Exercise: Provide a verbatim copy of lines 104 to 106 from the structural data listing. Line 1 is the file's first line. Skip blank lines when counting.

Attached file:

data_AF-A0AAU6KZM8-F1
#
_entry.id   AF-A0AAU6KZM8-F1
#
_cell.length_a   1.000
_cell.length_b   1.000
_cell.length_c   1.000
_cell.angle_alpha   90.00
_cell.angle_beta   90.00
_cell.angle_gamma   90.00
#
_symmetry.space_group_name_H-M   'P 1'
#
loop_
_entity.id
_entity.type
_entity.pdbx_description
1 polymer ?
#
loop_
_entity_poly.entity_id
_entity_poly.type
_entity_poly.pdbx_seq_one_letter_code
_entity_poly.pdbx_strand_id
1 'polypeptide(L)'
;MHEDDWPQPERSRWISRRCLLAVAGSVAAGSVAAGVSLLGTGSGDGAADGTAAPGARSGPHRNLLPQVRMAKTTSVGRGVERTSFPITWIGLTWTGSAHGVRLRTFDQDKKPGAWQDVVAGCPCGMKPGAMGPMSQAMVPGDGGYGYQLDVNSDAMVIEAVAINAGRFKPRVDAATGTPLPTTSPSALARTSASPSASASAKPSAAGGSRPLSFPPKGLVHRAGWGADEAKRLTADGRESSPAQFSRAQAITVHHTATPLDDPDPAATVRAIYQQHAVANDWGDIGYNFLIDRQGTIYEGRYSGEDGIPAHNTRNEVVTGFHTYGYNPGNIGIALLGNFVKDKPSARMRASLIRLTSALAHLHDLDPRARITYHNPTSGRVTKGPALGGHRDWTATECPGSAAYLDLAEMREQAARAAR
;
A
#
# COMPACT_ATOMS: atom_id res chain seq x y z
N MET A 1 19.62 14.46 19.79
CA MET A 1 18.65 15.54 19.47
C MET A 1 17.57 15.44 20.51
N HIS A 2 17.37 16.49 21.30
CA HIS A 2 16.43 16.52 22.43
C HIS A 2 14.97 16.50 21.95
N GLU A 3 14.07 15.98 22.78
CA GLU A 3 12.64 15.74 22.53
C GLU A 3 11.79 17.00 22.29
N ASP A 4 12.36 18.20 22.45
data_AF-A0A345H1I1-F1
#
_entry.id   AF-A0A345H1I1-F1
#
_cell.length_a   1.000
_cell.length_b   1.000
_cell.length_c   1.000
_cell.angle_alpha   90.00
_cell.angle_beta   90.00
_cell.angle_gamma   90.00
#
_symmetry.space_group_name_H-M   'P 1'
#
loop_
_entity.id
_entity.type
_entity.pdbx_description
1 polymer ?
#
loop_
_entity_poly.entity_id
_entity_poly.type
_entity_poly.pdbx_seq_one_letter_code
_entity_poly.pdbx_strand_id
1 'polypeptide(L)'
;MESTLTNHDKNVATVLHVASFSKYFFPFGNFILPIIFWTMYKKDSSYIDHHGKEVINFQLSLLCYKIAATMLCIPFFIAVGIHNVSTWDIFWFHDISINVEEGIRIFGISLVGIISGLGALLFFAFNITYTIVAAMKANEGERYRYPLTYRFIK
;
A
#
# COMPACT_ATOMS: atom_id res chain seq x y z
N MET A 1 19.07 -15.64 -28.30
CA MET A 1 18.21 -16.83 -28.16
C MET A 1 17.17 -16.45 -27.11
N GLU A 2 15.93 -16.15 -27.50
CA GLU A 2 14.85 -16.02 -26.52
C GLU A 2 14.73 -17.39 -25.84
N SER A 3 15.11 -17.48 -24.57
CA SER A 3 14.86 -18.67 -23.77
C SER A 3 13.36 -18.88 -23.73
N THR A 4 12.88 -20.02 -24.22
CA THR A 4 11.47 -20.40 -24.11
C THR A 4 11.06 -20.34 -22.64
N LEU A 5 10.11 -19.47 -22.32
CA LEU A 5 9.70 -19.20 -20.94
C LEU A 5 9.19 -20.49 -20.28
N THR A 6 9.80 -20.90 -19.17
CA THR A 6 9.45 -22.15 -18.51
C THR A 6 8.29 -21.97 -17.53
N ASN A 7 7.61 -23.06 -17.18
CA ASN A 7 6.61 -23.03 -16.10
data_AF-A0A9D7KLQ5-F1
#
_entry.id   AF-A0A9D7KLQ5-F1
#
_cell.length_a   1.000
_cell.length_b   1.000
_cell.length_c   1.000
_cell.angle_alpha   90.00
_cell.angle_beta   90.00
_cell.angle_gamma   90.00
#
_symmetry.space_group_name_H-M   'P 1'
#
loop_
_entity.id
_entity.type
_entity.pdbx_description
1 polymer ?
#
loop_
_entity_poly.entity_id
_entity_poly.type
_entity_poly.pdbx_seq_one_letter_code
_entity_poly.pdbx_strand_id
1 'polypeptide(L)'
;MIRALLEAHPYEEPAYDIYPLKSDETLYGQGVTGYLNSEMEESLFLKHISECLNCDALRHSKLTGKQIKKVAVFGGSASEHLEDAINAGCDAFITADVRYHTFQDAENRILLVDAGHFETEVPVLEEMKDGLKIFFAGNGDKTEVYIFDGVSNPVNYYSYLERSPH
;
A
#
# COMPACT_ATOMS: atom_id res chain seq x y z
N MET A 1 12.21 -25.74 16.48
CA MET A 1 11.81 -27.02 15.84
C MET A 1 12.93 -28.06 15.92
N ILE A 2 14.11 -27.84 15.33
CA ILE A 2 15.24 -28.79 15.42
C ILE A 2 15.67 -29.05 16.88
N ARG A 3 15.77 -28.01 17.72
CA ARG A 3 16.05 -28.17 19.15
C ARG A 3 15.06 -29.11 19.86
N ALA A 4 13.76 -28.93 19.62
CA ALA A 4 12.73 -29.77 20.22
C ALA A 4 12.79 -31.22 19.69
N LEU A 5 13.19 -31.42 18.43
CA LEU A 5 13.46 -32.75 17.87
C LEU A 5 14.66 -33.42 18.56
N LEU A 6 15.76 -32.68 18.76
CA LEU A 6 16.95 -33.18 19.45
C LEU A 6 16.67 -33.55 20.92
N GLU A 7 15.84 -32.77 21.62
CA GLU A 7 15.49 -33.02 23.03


loop_
_entity.id
_entity.type